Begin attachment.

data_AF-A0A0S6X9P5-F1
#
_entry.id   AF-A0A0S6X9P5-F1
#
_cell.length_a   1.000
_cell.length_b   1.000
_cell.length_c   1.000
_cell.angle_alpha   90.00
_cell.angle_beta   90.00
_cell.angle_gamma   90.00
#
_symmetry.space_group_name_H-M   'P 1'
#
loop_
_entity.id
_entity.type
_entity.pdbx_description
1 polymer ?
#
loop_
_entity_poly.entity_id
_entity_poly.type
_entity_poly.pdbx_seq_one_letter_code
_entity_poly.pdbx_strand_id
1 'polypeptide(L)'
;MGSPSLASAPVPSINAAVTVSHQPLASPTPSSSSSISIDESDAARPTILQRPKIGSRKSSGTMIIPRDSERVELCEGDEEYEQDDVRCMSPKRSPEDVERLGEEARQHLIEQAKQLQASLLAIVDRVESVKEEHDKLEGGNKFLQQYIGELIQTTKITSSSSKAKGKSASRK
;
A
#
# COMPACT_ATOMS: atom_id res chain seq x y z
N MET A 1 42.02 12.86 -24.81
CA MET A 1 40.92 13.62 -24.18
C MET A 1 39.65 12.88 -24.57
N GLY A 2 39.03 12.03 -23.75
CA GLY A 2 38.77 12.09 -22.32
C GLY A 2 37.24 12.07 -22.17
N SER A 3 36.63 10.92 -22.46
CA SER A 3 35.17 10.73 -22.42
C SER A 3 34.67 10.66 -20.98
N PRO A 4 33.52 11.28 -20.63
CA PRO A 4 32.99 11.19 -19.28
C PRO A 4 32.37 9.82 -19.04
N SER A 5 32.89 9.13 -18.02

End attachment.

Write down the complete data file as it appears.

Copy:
data_AF-A0A0S6X9P5-F1
#
_entry.id   AF-A0A0S6X9P5-F1
#
_cell.length_a   1.000
_cell.length_b   1.000
_cell.length_c   1.000
_cell.angle_alpha   90.00
_cell.angle_beta   90.00
_cell.angle_gamma   90.00
#
_symmetry.space_group_name_H-M   'P 1'
#
loop_
_entity.id
_entity.type
_entity.pdbx_description
1 polymer ?
#
loop_
_entity_poly.entity_id
_entity_poly.type
_entity_poly.pdbx_seq_one_letter_code
_entity_poly.pdbx_strand_id
1 'polypeptide(L)'
;MGSPSLASAPVPSINAAVTVSHQPLASPTPSSSSSISIDESDAARPTILQRPKIGSRKSSGTMIIPRDSERVELCEGDEEYEQDDVRCMSPKRSPEDVERLGEEARQHLIEQAKQLQASLLAIVDRVESVKEEHDKLEGGNKFLQQYIGELIQTTKITSSSSKAKGKSASRK
;
A
#
# COMPACT_ATOMS: atom_id res chain seq x y z
N MET A 1 42.02 12.86 -24.81
CA MET A 1 40.92 13.62 -24.18
C MET A 1 39.65 12.88 -24.57
N GLY A 2 39.03 12.03 -23.75
CA GLY A 2 38.77 12.09 -22.32
C GLY A 2 37.24 12.07 -22.17
N SER A 3 36.63 10.92 -22.46
CA SER A 3 35.17 10.73 -22.42
C SER A 3 34.67 10.66 -20.98
N PRO A 4 33.52 11.28 -20.63
CA PRO A 4 32.99 11.19 -19.28
C PRO A 4 32.37 9.82 -19.04
N SER A 5 32.89 9.13 -18.02